The fight for the control of public schools also contribute to the problems we are facing with our education system. In the United States, schools are regulated by laws and regulations at the district, county, state and federal levels. The most of day to day activities have been influenced by district level government usually by a district bureaucracy led by a superintended and controlled by a locally elected or appointed school board. ( Smith, 2001 ). State and federal governments often mandate programs and reforms or prohibit certain activities by criminalizing them through legislation or court recedent or restricting state and federal funds to schools which are not in compliance. ( Robinson, 2000 ). In the early days of our nation, our constitution left education matters Mostly in the hands of states. In those days founding fathers did not want the federal government running education. But times have changed. Now we have a mobile society, new technology, and a global economy which has erased district, county and states lines that once had meaning. Nowadays, whether raised in California, Florida, Colorado or Virginia, all children in America need the same knowledge and skills that will help them ompete in both national and the international marketplace of jobs. Tight local control of public education under the influence of provincial attitudes and ideologies can leave our children ill prepared to survive in this very challenging global environment. Federal government leads the way in important areas such as food, drug, product, financial and environmental regulations and policies. Should not education, one of the most essential contributors to the success and well being of our nation, be naturally included in that list? The violation of the separation of church and state issue has also been an ongoing ebate in our public schools. In our constitution, the first amendment states “Congress shall make no law respecting an establishment of religion or prohibiting the free exercise thereof, this indicates that a person is free to study any form of religion and that the government will not adopt any religion as the official religion of the state or nation nor will they favor any religion above another ( First Amendment to the United States Constitution, retrieved June 29, 2010 ). There are conflicts over school praying and most people agree that allowing some roups of children to pray inside the classrooms could offend other children with different religious backgrounds or the children with atheist parents. Author Randall Eberts ( 2007 ) states that if we take a look at any humanities course, we will find religion somewhere. He also states that religion is in science, literature and art. The battle of evolution vs. creationism vs. intelligent design never stops. Science teachers can teach about the planets, stars and galaxies but they have no answer regarding how it all started. They can come up with several theories but it is difficult to satisfy many students with arious religious background. In art classes, Leonardo Da Vinci’s Last Supper and Michelangelo’s Sistine Chapel are among the greatest pieces of artistry which are both religious in nature. In order for a student to be able to analyze these types of artwork, they must be able to refer to the religious themes portrayed in the pieces. In literature, Dante’s Inferno is a good example of how religion is approached in a high school literature class. In the text, Dante has established series of rings of hell and categorized which sins would banish a soul to that region for eternity.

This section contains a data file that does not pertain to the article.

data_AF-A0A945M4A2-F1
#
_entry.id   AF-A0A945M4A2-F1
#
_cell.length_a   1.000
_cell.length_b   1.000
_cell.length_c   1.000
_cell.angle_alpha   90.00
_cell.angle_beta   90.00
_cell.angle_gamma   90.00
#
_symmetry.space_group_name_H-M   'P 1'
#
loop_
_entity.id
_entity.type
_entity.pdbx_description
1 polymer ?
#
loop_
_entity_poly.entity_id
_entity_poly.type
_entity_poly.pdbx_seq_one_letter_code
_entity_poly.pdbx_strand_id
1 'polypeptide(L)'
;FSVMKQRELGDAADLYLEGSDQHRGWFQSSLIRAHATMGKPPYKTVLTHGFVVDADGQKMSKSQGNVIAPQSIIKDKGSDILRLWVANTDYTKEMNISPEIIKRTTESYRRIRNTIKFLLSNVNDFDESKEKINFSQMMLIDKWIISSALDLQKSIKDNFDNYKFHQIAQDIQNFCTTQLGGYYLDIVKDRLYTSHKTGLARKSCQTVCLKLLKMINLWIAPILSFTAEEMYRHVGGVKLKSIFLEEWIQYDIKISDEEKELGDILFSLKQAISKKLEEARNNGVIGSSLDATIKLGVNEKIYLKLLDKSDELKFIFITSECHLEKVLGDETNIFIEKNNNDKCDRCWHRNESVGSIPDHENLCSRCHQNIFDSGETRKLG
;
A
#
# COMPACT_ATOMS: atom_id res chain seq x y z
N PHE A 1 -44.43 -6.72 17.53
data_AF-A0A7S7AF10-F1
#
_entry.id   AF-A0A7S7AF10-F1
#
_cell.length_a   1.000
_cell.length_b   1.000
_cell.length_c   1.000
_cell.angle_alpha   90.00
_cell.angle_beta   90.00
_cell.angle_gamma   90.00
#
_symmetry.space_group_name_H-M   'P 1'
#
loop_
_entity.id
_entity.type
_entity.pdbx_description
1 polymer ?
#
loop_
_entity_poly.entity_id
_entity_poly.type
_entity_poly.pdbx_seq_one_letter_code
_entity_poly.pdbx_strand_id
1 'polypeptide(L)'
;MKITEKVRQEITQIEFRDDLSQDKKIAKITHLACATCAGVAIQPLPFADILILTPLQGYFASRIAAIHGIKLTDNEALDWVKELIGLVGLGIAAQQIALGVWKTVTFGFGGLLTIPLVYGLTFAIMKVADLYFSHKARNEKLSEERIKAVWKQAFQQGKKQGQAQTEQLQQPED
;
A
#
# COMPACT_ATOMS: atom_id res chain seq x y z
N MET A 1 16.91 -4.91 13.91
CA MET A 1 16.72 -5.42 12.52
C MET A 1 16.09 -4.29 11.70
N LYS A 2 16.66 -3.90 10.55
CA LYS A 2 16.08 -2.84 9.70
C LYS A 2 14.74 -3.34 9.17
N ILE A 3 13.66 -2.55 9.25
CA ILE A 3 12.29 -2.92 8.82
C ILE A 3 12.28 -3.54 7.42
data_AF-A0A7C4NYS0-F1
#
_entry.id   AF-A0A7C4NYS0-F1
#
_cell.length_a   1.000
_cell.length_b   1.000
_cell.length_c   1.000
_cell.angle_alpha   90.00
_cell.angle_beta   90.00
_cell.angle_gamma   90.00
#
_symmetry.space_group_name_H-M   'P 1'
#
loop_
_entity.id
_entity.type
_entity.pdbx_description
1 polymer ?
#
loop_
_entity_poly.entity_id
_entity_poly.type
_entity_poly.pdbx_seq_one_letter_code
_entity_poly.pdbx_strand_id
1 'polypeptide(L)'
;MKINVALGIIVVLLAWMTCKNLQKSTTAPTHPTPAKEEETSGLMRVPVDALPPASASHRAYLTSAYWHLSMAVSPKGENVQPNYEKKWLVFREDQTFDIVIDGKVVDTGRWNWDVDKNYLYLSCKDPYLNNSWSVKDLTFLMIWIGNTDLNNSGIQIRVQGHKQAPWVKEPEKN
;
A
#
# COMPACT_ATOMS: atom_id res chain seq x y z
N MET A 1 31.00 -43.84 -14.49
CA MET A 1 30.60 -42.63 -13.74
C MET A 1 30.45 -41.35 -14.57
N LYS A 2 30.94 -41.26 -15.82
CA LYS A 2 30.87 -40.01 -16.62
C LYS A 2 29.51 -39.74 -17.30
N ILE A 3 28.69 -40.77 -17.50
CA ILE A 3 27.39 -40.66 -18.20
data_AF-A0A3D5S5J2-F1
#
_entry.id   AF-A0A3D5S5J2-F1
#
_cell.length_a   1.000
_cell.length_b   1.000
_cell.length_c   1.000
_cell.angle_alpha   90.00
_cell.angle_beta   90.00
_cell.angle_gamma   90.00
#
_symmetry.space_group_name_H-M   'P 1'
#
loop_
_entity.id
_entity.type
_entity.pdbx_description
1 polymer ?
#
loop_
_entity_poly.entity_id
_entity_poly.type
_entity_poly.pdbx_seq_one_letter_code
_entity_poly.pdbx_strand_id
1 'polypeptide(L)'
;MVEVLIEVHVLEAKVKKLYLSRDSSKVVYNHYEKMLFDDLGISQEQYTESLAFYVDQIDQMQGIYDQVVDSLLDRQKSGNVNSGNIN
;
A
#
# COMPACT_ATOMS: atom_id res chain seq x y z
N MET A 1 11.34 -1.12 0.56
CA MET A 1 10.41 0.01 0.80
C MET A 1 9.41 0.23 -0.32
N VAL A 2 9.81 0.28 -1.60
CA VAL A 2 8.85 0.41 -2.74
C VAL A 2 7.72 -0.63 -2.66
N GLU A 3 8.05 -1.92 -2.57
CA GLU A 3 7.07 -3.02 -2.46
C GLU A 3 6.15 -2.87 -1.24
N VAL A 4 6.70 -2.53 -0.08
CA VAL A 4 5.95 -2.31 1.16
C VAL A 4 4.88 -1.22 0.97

Since not all students believe in heaven and hell, teachers must be extra careful how to approach this topic so it won’t appear as if they are trying to enforce their viewpoints on the topic. There has to be a fine line between teaching religion and teaching about religion. According to a study by Christian Smith, ( Smith, 2002 ) religion affects students many ways including the following: Religious students are more likely to be involved in community work. Religious students are less likely to be suspended or expelled. Religious students are more likely to be involved in student government.

Religious 12th graders are less likely to misbehave at school. Religious 12th graders are less likely to skip school without permission. There is a positive correlation between religious students and their involvement in extracurricular activities. Researchers mark Regnerus and Glen Elder ( Regnerus, 2003 ) conducted a research and found out that “when youth from low-income neighborhoods attend church, their academic performance improves primarily due to social influences of the church. It seems like most problems in the schools are the result of inability to make important decisions about the future of education in America.

Valuable time is wasted by infighting and indecision. We seem powerless to fix the problems. All parties involved should have a common agreement about what some of the basic needs of students are. Our culture and the state of society is rapidly changing. In the light of these changes, new ideas about education can be useful to improve our education system. But they should be investigated for their effectiveness. The key to our future depends on highly educated students who are prepared for the 21st century. Our economic future and ability to compete in the world marketplace depends on it.